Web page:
• Telex can provide a state-level response to state-level censorship. We envision that friendly countries would create incentives for ISPs to deploy Telex.

For more information, keep reading, or visit the Telex website.

The Problem

Government Internet censors generally use firewalls in their network to block traffic bound for certain destinations, or containing particular content. For Telex, we assume that the censor government desires generally to allow Internet access (for economic or political reasons) while still preventing access to specifically blacklisted content and sites. That means Telex doesn’t help in cases where a government pulls the plug on the Internet entirely. We further assume that the censor allows access to at least some secure HTTPS websites. This is a safe assumption, since blocking all HTTPS traffic would cut off practically every site that uses password logins.

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Many anticensorship systems work by making an encrypted connection (called a “tunnel”) from the user’s computer to a trusted proxy server located outside the censor’s network. This server relays requests to censored websites and returns the responses to the user over the encrypted tunnel. This approach leads to a cat-and-mouse game, where the censor attempts to discover and block the proxy servers. Users need to learn the address and login information for a proxy server somehow, and it’s very difficult to broadcast this information to a large number of users without the censor also learning it.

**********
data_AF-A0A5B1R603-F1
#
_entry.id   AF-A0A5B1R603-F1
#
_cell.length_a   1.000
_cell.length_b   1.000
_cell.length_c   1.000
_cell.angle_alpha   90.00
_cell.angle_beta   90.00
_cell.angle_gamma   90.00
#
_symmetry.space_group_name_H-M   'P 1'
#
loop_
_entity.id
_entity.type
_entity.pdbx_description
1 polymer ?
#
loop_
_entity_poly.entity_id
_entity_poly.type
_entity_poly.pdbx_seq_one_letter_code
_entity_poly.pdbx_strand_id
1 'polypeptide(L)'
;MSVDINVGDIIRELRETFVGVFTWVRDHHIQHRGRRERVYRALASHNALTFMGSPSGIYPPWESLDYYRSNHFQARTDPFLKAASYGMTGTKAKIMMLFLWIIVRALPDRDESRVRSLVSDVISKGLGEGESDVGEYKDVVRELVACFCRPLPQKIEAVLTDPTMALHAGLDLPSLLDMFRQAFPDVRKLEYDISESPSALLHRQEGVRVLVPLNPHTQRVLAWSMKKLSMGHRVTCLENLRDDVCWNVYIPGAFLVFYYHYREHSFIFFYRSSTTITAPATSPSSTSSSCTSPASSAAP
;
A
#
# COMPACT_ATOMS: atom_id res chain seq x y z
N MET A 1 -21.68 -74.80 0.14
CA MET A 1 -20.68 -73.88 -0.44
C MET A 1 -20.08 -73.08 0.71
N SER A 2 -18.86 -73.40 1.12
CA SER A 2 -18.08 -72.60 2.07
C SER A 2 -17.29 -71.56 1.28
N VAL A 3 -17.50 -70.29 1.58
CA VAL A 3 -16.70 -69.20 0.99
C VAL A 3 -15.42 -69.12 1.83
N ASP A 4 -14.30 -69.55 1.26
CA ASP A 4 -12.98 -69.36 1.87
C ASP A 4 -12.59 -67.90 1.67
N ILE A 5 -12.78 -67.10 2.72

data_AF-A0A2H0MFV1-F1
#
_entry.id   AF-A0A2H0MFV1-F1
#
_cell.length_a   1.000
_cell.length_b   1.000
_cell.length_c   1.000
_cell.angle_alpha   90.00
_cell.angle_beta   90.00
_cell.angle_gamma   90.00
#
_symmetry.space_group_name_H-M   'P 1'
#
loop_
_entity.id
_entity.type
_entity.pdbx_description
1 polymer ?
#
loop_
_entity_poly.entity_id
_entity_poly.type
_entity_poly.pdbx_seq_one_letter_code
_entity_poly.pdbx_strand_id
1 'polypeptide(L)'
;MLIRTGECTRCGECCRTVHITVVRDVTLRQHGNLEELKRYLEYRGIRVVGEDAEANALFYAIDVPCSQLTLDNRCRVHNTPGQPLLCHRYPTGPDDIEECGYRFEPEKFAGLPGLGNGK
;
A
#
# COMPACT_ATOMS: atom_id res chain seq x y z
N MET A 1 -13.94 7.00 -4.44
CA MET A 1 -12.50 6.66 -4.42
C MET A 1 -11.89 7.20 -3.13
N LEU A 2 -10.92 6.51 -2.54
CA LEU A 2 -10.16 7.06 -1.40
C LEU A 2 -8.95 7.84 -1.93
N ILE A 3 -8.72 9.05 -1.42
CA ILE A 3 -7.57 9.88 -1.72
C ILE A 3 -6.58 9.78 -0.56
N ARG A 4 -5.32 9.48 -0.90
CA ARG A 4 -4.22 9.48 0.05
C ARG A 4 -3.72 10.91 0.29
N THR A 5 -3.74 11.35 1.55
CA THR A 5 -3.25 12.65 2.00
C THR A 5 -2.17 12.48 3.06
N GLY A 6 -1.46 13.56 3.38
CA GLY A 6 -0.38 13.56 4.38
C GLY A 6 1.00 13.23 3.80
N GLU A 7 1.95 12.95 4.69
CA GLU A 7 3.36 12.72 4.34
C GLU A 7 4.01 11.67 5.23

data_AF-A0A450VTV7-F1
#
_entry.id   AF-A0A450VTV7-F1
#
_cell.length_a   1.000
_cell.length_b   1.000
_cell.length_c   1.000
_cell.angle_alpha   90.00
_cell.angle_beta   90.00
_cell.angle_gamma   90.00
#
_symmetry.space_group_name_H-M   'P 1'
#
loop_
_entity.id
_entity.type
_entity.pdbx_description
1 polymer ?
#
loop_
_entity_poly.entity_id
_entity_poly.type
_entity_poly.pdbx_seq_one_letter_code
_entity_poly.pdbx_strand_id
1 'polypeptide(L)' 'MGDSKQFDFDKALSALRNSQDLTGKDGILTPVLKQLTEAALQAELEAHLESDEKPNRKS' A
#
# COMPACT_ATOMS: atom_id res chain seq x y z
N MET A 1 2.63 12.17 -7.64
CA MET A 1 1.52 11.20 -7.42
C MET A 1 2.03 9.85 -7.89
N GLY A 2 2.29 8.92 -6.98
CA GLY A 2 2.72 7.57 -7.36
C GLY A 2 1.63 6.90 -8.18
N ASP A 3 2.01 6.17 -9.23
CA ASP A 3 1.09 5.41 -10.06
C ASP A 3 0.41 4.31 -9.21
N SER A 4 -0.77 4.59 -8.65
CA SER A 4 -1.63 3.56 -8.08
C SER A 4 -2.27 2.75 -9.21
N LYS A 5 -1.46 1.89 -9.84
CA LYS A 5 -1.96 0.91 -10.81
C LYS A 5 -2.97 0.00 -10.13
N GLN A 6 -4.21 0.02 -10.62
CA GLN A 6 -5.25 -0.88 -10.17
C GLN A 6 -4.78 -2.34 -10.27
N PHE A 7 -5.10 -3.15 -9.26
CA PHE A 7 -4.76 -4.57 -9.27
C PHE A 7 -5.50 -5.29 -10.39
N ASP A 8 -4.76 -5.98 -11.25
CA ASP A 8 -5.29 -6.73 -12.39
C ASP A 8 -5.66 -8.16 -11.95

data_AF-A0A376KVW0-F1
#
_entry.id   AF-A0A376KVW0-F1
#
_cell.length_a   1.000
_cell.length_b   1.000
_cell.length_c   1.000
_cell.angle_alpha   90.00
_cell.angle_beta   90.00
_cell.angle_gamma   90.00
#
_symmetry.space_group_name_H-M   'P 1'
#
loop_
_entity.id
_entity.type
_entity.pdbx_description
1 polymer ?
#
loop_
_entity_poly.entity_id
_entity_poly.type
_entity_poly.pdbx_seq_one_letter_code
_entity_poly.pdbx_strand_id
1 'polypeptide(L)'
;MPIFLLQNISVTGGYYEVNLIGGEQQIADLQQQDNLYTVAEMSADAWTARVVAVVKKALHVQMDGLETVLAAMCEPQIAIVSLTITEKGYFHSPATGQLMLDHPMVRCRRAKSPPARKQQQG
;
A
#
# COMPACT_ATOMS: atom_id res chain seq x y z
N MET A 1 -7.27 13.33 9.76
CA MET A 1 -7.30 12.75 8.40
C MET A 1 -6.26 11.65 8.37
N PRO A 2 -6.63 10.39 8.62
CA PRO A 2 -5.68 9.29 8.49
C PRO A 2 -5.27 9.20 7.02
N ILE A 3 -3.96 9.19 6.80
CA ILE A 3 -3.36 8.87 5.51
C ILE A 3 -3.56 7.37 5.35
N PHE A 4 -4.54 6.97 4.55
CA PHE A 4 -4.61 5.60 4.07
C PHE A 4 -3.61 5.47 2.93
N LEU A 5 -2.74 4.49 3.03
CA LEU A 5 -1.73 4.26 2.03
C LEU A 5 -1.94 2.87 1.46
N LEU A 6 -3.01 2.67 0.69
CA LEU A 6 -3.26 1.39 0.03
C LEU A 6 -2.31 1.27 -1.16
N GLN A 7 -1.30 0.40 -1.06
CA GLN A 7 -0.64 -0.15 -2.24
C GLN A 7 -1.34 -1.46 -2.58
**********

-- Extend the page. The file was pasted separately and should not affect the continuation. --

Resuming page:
How Telex Works

Telex turns this approach on its head to create what is essentially a proxy server without an IP address. In fact, users don’t need to know any secrets to connect. The user installs a Telex client app (perhaps by downloading it from an intermittently available website or by making a copy from a friend). When the user wants to visit a blacklisted site, the client establishes an encrypted HTTPS connection to a non-blacklisted web server outside the censor’s network, which could be a normal site that the user regularly visits. Since the connection looks normal, the censor allows it, but this connection is only a decoy.